Recent market weakness reflects an unfavourable monetary backdrop as well as negative geopolitical developments.
The monetarist view is that asset prices respond to imbalances between the supply of money and the demand to hold it. “Excess” money growth is associated with increased demand for financial assets and upward pressure on their prices, assuming no change in supply.
Excess money growth can’t be measured directly because the demand to hold money – based on current economic conditions and prices – is unobservable. Two proxy measures of global excess money are tracked here: the difference between six-month growth rates of real (i.e. CPI-deflated) narrow money and industrial output; and the deviation of 12-month real money growth from a slow moving average.
Historically, global equities outperformed cash significantly on average when both measures were positive but underperformed significantly when both were negative. Mixed signals were associated with a small return shortfall, i.e. no reward for assuming equity risk – see table 1.
A post in early January noted that the second measure had turned negative in October while the first appeared to have followed in November, based on partial data. This “double negative” signal was confirmed later in January.
A January estimate of global real narrow money is now available, along with a firm data point for December industrial output. Both excess money measures remain negative.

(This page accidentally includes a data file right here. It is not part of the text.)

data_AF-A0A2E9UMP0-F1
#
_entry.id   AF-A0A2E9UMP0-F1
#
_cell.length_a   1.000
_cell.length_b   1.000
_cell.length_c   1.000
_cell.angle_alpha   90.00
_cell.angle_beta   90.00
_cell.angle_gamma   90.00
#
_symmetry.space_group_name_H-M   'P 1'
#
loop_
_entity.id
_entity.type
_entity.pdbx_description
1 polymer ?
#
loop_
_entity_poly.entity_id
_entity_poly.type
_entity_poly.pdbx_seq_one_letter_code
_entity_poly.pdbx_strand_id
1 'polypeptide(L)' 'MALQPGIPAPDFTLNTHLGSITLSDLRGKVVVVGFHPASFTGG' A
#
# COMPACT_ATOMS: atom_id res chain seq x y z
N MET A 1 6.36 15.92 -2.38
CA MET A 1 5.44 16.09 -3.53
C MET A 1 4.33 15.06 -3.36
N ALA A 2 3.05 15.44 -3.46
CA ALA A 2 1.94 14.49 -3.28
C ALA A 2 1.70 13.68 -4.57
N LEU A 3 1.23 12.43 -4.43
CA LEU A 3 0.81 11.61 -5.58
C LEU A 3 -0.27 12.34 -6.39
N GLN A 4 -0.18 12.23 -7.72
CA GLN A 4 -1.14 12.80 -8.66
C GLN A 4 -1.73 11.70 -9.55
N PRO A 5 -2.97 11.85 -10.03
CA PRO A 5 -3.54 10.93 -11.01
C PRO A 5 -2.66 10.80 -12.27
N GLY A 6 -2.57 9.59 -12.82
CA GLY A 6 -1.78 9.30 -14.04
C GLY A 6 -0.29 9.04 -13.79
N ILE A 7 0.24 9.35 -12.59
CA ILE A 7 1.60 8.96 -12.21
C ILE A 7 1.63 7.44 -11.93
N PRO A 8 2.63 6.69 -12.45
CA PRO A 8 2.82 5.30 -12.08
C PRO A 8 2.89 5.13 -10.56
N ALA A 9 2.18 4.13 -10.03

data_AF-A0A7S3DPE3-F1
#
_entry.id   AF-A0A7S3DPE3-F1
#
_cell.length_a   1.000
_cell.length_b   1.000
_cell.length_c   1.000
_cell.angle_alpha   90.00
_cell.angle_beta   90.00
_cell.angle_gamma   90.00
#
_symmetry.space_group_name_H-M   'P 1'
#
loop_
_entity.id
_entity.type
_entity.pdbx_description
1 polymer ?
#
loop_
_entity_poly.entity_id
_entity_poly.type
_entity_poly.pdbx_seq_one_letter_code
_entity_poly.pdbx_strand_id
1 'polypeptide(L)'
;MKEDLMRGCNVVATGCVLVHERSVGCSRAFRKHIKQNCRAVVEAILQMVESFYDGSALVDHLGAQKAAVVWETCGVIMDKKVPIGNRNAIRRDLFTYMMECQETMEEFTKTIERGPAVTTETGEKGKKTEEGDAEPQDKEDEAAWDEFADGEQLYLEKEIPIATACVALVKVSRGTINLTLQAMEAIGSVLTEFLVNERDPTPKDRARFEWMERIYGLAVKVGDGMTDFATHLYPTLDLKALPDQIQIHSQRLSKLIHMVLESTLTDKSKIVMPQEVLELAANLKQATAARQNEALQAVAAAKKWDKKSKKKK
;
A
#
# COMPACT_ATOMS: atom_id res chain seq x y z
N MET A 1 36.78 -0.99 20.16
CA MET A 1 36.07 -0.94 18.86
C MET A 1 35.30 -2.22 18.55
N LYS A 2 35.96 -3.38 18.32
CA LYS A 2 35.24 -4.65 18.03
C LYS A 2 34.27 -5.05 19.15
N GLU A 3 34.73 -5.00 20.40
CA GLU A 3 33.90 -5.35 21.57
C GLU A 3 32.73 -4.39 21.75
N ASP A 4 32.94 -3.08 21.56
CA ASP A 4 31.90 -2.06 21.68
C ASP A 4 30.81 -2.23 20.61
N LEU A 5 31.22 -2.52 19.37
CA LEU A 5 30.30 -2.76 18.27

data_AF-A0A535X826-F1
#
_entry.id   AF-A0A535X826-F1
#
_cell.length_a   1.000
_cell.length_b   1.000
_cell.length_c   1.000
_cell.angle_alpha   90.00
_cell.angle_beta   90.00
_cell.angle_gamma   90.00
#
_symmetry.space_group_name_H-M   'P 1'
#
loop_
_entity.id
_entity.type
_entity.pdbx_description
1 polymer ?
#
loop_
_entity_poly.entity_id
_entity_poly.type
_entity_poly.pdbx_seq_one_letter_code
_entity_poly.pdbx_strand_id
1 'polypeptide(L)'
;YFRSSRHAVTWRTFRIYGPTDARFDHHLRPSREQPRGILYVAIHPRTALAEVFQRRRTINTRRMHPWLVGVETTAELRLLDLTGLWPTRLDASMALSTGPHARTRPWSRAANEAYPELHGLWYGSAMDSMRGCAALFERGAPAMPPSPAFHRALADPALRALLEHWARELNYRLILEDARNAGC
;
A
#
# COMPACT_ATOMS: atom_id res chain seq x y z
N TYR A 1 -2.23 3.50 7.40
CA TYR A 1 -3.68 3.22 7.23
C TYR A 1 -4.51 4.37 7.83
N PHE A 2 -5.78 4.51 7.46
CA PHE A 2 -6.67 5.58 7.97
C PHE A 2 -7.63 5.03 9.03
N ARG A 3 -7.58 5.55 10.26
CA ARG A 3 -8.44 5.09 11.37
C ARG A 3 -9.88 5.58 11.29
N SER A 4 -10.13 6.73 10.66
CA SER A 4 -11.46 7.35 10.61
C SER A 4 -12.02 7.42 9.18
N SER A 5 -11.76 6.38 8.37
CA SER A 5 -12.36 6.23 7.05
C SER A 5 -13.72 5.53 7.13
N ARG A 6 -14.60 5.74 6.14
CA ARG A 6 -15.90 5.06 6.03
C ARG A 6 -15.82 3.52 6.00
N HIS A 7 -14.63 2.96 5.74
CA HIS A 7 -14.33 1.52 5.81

12-month growth of global real money is estimated to have fallen further below its moving average in January – chart 1. An early reconvergence seems unlikely – CPI inflation is probably peaking but a decline may be offset by a further slowdown in nominal money growth as large monthly increases a year ago drop out of the 12-month comparison.
Meanwhile, six-month real narrow money growth was little changed in January and below December industrial output growth – chart 2. Six-month output growth may stay at or above the December level through March: a temporary production catch-up is in progress as supply constraints ease, US output rose solidly in January and base effects are favourable (output fell between June and September 2021).
The excess money measures have also been correlated with sector relative performance historically, with double negative signals associated with strong outperformance of the defensive sectors basket (which includes energy) and underperformance of cyclicals, including tech (IT and communication services) – table 2.